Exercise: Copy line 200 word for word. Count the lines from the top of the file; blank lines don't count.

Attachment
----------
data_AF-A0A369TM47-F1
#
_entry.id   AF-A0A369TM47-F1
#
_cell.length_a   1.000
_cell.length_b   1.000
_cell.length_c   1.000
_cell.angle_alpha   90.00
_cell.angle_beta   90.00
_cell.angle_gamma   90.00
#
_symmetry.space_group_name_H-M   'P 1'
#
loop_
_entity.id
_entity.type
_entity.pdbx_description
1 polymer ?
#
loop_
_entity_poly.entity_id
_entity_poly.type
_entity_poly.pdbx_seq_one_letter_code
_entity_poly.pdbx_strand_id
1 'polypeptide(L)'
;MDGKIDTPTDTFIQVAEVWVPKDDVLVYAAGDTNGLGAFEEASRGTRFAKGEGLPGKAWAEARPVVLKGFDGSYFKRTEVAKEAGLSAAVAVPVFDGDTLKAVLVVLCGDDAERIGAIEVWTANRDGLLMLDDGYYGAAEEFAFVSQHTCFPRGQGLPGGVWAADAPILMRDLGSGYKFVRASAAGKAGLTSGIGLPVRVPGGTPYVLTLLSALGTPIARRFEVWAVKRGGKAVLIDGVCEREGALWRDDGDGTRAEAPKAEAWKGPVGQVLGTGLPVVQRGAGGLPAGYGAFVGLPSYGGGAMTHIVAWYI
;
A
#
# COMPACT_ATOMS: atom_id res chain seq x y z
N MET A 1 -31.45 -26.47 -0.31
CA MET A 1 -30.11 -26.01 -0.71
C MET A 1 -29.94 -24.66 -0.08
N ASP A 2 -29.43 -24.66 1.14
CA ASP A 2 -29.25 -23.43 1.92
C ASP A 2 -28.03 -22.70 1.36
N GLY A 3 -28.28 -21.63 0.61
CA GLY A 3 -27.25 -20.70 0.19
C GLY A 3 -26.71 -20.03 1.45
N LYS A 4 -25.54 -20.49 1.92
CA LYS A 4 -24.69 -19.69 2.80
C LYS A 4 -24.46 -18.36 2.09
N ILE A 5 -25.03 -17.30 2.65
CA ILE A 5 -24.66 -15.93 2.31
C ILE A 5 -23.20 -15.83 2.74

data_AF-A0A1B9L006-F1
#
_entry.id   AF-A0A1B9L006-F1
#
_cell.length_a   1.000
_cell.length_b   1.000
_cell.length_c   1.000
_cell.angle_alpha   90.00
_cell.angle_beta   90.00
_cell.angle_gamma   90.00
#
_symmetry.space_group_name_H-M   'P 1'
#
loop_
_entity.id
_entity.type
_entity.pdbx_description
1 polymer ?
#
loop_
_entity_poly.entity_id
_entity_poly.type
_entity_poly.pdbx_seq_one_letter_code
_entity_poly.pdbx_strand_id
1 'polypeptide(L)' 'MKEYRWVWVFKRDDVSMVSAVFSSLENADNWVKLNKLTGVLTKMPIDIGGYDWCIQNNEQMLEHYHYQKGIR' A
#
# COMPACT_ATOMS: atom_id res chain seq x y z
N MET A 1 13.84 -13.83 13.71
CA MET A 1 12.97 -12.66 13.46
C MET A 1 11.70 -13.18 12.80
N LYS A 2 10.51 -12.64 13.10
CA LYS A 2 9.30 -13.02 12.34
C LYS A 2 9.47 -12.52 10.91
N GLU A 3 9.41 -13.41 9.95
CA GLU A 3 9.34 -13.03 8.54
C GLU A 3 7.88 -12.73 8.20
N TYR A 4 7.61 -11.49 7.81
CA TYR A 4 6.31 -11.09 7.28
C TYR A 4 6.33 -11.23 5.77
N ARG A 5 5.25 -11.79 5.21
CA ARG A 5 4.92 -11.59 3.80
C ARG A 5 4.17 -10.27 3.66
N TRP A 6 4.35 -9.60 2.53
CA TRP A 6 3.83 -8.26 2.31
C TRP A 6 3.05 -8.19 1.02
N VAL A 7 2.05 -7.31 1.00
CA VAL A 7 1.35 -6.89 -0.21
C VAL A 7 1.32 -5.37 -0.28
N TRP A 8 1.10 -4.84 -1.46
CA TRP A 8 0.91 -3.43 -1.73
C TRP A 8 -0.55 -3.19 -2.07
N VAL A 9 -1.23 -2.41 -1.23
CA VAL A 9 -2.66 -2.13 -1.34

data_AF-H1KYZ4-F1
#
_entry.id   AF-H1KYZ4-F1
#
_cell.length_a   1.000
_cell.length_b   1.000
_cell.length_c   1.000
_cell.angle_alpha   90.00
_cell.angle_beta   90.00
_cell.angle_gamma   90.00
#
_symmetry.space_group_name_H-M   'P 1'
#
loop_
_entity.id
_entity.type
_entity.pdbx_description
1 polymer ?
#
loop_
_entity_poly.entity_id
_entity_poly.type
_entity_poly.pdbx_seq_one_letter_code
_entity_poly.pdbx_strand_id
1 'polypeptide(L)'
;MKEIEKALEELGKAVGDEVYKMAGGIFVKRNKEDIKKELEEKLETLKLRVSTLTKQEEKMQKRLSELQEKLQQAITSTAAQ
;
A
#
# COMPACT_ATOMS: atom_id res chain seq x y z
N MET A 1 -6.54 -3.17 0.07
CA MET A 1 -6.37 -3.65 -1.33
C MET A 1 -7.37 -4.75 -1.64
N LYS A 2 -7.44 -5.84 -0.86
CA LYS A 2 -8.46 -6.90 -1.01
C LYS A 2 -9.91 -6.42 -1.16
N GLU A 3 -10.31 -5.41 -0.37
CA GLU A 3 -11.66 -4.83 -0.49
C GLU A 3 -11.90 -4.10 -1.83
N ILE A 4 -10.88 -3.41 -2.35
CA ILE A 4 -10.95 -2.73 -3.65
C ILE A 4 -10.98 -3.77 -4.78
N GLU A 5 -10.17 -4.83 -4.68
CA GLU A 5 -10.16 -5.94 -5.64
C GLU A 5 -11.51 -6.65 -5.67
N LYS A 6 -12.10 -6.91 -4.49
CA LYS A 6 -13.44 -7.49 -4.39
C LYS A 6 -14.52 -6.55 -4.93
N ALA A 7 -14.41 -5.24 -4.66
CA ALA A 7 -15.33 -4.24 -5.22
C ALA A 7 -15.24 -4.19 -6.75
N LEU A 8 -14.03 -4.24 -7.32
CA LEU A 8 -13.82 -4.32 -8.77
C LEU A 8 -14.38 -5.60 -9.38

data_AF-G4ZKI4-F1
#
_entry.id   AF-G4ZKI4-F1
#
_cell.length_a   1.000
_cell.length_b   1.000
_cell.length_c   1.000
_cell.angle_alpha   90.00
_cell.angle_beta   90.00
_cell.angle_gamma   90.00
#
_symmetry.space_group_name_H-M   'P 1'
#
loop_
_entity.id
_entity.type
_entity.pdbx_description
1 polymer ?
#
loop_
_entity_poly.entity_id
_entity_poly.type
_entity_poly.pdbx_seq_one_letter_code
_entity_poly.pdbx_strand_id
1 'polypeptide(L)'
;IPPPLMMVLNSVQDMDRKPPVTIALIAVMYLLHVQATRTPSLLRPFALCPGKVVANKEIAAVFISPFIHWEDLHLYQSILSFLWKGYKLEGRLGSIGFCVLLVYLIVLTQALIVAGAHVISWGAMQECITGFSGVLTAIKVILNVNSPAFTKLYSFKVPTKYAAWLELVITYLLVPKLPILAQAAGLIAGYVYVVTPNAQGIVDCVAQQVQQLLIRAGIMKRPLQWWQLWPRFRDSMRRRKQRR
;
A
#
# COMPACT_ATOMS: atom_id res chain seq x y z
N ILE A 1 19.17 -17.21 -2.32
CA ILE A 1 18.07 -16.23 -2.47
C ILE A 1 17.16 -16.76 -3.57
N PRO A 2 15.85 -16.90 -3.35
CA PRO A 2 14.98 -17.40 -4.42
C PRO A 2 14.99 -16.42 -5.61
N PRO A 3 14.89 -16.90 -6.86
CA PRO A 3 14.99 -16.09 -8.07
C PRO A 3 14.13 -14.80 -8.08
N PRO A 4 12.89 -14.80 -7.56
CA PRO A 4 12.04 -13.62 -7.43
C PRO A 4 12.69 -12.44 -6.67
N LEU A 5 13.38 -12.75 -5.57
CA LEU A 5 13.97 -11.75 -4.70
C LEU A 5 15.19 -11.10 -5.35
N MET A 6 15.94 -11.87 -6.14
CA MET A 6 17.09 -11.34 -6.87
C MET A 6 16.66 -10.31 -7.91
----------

C MET A 6 16.66 -10.31 -7.91